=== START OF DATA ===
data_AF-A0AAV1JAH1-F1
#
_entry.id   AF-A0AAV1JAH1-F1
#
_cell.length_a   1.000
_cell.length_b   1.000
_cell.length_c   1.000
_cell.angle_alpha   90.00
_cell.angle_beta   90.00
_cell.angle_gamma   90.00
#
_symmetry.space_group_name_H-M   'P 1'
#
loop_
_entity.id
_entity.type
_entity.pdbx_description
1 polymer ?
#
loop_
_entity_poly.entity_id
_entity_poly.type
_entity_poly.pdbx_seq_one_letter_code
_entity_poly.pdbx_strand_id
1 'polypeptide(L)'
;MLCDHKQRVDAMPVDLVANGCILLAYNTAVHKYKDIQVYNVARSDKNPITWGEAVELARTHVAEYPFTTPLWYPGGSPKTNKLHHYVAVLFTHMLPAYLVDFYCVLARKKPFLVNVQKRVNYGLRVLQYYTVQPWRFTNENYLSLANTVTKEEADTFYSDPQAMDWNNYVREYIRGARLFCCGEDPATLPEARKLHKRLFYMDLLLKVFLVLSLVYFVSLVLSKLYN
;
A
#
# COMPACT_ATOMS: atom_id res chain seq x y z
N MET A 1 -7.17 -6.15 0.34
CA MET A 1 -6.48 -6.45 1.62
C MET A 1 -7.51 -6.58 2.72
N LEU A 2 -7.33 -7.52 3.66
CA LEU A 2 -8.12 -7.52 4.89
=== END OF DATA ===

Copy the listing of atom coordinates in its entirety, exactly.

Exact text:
data_AF-A0AAV1JAH1-F1
#
_entry.id   AF-A0AAV1JAH1-F1
#
_cell.length_a   1.000
_cell.length_b   1.000
_cell.length_c   1.000
_cell.angle_alpha   90.00
_cell.angle_beta   90.00
_cell.angle_gamma   90.00
#
_symmetry.space_group_name_H-M   'P 1'
#
loop_
_entity.id
_entity.type
_entity.pdbx_description
1 polymer ?
#
loop_
_entity_poly.entity_id
_entity_poly.type
_entity_poly.pdbx_seq_one_letter_code
_entity_poly.pdbx_strand_id
1 'polypeptide(L)'
;MLCDHKQRVDAMPVDLVANGCILLAYNTAVHKYKDIQVYNVARSDKNPITWGEAVELARTHVAEYPFTTPLWYPGGSPKTNKLHHYVAVLFTHMLPAYLVDFYCVLARKKPFLVNVQKRVNYGLRVLQYYTVQPWRFTNENYLSLANTVTKEEADTFYSDPQAMDWNNYVREYIRGARLFCCGEDPATLPEARKLHKRLFYMDLLLKVFLVLSLVYFVSLVLSKLYN
;
A
#
# COMPACT_ATOMS: atom_id res chain seq x y z
N MET A 1 -7.17 -6.15 0.34
CA MET A 1 -6.48 -6.45 1.62
C MET A 1 -7.51 -6.58 2.72
N LEU A 2 -7.33 -7.52 3.66
CA LEU A 2 -8.12 -7.52 4.89